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Must Do’s for 2021

The pandemic may have run out of control, but you don’t have to. How can you remain in sync with good business practices and come out the victor?

Here are three ideas that I feel can help your business succeed this year.

Guard Your Company’s Cultural Values

Instilling and maintaining a sense of the company’s culture is a tall order for any construction company. Employees work on multiple job sites and with a diverse set of project partners. It’s hard to unify everybody. And, it’s even harder to do that during a pandemic.


“Everybody is in their little bubbles, and it’s hard to actually reinforce the shared values and goals of people within the company,” says Cynthia Wang, a clinical professor of management and organizations at the Kellogg School at Northwestern University, as quoted in Kellogg Insight.


The pandemic has brought sudden and drastic change. It’s throwing everyone for a loop, and the danger is your company values could start to unravel. What can you do about it?


Double down on your efforts to give employees a sense of control. Have more frequent employee check-ins. Discuss employees’ concerns about safety. Find out how everyone is coping.


Informal connections build communication and trust. The latter is a key cultural value that you don’t want to leave to chance. Make trust the bedrock of your company culture, and you’ll work more efficiently, acquire skilled talent more easily and develop lots of innovative ideas.

Don’t Succumb to Exhaustion

What can you do to keep your energy levels up and a positive frame of mind? Something simple. Take a break.


Specifically, take a vacation each year. Get off the grid and do something refreshing. It’s early in the year, so plan now for a 10- to 14-day period of rest.


The McKinsey Quarterly recently interviewed Admiral John Richardson, former chief of naval operations, about pandemic exhaustion among business leaders, and he highly recommends taking time off to recover from possible overwork.


“Recovery is essential to mission effectiveness,” he says. “That must include both taking time off to re-energize and to have the team and structure in place so that this time off can be protected and the mission will continue.”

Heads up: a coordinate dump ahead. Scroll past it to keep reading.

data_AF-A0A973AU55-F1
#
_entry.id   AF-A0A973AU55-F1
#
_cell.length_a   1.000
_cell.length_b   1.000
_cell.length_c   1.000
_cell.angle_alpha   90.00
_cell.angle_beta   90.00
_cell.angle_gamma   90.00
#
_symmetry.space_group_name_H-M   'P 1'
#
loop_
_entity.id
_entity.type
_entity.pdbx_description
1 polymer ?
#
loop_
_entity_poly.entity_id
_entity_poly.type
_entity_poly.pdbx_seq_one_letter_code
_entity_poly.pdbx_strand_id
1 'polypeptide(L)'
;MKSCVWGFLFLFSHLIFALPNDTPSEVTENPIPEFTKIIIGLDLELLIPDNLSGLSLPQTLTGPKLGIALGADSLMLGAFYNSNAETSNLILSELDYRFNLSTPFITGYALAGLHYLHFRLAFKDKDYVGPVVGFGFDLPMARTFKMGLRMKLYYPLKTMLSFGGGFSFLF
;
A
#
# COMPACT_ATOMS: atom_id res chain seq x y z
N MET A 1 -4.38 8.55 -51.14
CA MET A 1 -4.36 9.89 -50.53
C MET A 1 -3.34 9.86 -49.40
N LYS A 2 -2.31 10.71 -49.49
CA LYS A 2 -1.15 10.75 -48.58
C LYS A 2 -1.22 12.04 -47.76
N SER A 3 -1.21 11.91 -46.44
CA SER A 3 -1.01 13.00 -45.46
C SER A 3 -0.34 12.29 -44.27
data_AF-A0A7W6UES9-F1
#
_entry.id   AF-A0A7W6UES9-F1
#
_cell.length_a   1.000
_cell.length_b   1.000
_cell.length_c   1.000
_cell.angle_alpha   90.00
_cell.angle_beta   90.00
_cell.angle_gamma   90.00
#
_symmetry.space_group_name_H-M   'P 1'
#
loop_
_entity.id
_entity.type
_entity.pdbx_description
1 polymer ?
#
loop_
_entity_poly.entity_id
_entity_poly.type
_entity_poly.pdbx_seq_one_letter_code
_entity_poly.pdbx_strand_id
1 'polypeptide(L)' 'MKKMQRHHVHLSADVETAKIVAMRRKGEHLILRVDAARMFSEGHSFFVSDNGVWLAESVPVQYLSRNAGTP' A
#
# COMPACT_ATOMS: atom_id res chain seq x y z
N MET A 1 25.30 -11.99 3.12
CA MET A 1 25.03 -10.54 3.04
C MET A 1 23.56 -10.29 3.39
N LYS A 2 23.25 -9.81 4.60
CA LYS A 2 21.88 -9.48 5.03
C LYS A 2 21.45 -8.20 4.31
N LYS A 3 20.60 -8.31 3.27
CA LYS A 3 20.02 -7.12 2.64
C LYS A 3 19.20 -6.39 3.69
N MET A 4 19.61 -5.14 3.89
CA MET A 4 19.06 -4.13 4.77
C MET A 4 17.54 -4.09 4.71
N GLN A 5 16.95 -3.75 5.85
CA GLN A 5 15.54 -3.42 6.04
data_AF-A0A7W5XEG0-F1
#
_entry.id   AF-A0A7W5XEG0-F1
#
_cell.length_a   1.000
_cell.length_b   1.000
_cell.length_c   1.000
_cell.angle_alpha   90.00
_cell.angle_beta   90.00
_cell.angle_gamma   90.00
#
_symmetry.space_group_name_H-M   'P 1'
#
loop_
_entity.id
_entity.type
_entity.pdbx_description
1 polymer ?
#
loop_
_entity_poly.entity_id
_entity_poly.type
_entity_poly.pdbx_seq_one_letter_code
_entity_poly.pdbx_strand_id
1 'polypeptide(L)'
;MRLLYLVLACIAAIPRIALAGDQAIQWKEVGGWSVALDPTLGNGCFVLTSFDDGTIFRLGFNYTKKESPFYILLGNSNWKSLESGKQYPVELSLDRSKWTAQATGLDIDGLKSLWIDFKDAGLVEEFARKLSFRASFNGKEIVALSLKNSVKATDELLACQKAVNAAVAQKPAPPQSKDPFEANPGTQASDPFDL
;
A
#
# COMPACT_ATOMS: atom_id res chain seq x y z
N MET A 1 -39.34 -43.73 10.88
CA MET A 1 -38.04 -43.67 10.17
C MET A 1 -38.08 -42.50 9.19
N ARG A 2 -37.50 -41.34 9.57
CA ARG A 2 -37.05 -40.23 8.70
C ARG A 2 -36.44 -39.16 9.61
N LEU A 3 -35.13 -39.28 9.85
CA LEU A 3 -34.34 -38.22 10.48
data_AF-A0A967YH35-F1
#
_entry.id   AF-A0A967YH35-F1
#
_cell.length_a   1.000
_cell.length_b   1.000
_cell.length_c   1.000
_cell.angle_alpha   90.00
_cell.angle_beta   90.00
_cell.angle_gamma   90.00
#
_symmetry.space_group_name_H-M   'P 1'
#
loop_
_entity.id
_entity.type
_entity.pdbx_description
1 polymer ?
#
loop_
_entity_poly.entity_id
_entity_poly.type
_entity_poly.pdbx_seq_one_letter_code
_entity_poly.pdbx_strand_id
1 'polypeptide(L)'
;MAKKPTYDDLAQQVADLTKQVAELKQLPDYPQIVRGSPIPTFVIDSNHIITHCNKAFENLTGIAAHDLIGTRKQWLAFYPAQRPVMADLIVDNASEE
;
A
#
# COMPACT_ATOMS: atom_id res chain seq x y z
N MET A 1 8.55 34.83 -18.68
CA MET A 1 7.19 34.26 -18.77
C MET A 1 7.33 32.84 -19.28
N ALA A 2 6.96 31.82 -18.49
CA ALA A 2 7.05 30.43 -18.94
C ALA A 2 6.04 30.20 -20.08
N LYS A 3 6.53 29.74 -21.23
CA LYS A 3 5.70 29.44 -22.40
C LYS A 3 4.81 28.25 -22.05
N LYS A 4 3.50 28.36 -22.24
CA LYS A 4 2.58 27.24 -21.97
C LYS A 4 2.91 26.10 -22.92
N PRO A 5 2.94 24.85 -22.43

Why are breaks so important?


“Without these breaks, fatigue sets in, decisions deteriorate, inefficiency increases and performance drops,” Richardson says.


He adds: “You’re valuable as a leader, but you’re also vulnerable as a leader, and your team will suffer if you’re truly the only person who can make all the decisions.”


Yeah. Build a trustworthy team, and don’t make yourself indispensable. You can’t do it all alone anyway.

Favor Your People

Here’s a story from the restaurant industry, which shares something in common with construction: Both are service businesses.


Greg Flynn, the founder, CEO and chairman of Flynn Restaurant Group, owns and operates more than 1,200 restaurants under the Applebee’s, Panera Bread, Taco Bell and Arby’s brands. Early in the pandemic, Flynn and his team decided to keep their restaurants open. The company furloughed 29,000 people in five days—60% of its workforce, according to Insights, a publication of the Stanford Graduate School of Business. But no layoffs.


Within a few months, managers boosted sales at Applebee’s up to 60% of pre-COVID levels by focusing on takeout and outdoor dining. In time, the off-premises business got sales back to pre-COVID levels.


“In the end we closed fewer than 10 restaurants permanently, and at this point, we’ve brought back almost all of our people,” Flynn says. “Really, in a lot of ways, we’re coming out of this stronger.”


What’s the lesson, according to Flynn? The most important element of business is the strength of your team.


“I really think we made the right decision to stay open and furlough our employees, rather than having layoffs, even though it cost us in the short term,” Flynn says. “It showed that we valued them and wanted to bring them back.”


“And it’s not just that you care about people and don’t want them to lose their health insurance,” Flynn says. “It’s a hard-nosed business calculation: The key to success in this business is running your restaurants well, day in and day out.”


Ditto for construction.

Mark L. Johnson writes for the wall and ceiling industry. He can be reached via

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